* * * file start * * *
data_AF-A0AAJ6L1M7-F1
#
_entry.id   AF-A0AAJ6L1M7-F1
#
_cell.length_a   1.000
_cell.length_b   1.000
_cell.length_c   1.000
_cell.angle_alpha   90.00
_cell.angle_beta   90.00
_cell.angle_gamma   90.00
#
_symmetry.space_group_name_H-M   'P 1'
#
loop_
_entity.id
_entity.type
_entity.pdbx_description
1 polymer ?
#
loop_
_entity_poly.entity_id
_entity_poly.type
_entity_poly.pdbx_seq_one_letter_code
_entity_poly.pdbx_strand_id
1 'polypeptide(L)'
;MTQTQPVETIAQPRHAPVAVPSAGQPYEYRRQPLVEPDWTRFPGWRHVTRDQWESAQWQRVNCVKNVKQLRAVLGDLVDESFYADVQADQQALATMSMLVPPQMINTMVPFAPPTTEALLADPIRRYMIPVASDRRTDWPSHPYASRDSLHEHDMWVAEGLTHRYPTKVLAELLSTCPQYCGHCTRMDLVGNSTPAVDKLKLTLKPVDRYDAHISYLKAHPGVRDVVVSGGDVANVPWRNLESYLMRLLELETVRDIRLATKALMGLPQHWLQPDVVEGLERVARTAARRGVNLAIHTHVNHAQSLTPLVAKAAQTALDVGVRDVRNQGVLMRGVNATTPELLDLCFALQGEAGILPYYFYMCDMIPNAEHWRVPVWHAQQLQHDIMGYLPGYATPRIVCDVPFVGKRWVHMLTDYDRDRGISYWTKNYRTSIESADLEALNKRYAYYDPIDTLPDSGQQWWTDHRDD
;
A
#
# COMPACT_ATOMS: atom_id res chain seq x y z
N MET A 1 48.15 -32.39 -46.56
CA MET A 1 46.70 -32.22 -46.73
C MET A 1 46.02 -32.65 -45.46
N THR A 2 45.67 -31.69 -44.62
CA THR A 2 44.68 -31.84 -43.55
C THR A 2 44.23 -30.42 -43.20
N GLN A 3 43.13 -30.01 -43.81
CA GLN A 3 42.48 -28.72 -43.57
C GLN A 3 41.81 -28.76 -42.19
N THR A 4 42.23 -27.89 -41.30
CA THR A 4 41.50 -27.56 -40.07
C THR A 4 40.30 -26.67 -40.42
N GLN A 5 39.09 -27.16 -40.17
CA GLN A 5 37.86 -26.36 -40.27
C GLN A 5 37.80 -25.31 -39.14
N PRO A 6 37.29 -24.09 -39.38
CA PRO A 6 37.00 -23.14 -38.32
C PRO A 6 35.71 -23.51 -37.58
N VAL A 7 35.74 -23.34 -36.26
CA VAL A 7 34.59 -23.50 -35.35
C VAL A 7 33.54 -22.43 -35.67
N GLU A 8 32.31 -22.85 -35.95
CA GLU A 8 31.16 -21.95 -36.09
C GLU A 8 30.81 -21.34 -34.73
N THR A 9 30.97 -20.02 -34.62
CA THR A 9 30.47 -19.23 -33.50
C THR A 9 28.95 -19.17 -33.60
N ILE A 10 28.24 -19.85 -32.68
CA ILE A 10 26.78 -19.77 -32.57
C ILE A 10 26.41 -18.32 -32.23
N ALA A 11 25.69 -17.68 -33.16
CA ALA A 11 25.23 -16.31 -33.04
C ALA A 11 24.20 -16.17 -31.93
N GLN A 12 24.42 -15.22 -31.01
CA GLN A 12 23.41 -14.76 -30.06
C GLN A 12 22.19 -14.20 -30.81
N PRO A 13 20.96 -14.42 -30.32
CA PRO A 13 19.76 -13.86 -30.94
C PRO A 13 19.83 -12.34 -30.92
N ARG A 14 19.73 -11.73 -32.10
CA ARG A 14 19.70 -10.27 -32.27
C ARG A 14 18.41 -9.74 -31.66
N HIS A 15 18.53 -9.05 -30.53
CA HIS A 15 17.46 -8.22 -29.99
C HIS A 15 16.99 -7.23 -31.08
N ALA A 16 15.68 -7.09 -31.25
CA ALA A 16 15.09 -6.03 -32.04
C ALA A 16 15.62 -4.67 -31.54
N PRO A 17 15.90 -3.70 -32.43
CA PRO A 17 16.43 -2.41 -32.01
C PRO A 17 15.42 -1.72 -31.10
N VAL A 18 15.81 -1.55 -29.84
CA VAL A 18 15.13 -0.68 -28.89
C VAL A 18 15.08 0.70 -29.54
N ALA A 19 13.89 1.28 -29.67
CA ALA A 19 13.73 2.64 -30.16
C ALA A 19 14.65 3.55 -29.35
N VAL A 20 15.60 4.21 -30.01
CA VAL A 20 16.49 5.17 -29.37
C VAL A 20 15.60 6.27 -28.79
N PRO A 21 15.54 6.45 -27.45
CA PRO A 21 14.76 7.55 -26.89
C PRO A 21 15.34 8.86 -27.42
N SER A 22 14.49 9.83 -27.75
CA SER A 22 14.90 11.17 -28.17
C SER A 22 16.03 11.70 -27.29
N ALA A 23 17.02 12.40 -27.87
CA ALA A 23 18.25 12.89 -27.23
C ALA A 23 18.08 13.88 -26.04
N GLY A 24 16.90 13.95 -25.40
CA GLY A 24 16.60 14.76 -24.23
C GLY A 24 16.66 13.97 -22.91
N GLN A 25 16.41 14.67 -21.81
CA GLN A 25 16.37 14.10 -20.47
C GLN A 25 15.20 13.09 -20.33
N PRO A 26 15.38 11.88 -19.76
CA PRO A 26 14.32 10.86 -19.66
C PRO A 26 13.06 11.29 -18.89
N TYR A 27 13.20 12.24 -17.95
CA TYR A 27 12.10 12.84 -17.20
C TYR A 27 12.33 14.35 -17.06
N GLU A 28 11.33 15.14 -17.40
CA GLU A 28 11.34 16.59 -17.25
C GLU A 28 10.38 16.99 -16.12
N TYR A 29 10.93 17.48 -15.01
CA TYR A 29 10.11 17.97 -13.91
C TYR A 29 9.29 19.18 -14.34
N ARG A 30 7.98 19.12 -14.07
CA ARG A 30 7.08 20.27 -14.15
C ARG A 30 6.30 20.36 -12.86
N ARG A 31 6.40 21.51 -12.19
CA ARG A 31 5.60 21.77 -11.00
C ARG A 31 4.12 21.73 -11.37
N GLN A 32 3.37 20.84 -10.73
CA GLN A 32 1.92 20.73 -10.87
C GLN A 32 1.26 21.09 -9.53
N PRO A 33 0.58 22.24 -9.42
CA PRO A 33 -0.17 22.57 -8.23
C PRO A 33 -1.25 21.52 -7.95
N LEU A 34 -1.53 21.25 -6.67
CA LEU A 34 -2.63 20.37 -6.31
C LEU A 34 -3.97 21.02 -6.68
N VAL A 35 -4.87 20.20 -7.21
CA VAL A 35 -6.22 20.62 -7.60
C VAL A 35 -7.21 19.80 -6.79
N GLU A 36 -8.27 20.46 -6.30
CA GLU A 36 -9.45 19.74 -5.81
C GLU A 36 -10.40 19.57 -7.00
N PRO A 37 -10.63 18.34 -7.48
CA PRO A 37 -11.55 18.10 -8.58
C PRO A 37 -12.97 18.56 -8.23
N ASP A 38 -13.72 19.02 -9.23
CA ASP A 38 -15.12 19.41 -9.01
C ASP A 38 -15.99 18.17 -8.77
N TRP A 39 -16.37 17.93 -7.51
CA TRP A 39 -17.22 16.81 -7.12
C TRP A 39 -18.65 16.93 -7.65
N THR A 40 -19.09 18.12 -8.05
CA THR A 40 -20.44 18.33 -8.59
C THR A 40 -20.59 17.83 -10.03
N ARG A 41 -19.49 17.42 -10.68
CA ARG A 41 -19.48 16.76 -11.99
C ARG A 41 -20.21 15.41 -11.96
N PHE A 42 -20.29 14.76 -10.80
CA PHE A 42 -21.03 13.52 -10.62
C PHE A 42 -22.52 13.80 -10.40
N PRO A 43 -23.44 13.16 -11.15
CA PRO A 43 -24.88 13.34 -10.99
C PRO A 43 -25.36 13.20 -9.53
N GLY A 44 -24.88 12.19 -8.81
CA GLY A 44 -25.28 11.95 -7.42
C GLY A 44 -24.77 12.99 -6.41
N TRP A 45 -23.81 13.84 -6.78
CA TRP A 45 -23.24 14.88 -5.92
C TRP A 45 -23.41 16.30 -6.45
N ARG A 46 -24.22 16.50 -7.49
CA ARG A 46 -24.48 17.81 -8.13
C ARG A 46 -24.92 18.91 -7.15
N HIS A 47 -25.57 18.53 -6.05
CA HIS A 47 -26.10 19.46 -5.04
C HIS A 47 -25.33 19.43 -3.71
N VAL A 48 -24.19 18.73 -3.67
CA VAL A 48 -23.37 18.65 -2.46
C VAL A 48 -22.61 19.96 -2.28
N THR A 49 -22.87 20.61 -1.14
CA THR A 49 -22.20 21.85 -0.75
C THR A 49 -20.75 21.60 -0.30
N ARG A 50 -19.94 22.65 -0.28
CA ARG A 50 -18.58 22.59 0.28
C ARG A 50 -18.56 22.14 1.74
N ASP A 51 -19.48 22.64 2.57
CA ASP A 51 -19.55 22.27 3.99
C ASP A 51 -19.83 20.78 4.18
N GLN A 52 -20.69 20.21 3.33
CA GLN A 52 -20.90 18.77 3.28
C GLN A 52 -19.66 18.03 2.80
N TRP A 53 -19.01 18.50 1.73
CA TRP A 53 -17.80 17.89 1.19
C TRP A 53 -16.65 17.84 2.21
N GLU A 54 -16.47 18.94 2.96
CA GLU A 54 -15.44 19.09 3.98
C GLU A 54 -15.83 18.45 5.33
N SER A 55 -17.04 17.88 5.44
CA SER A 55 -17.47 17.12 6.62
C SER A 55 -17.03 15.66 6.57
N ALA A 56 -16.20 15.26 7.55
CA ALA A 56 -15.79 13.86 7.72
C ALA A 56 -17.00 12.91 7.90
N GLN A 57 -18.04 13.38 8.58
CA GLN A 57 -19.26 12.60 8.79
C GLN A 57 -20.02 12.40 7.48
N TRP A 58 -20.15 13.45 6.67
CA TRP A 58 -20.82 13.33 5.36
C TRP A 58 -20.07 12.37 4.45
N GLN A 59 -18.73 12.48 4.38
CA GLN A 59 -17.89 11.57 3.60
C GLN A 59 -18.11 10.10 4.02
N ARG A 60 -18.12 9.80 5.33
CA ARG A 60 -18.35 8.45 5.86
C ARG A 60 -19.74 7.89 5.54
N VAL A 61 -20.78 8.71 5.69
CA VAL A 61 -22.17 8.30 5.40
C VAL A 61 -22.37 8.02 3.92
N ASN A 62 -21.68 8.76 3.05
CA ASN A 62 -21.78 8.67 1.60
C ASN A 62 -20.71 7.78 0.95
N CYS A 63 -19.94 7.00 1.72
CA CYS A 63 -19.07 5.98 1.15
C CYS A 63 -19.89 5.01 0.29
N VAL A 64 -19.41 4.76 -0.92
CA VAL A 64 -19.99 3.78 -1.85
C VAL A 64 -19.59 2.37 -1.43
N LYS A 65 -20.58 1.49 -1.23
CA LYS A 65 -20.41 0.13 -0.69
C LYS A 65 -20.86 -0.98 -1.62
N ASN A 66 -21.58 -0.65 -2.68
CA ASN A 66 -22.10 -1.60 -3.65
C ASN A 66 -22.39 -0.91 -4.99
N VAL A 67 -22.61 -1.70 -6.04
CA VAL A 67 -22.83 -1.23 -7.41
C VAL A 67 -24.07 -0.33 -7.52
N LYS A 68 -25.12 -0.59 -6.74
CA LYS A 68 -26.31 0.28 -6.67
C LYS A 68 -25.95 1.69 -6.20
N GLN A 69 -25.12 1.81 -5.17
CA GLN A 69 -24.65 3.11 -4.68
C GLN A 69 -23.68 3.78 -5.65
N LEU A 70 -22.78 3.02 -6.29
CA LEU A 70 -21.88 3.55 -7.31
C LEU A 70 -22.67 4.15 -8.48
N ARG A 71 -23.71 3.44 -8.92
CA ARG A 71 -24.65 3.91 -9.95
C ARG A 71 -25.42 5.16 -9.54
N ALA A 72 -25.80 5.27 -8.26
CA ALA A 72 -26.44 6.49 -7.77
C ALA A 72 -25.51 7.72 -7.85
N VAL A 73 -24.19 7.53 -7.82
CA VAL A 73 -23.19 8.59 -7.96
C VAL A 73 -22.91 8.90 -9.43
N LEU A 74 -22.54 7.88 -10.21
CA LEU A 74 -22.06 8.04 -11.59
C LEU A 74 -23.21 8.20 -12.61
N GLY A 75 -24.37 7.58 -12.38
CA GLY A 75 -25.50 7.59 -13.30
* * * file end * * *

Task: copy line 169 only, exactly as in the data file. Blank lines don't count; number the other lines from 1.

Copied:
N HIS A 47 -25.57 18.53 -6.05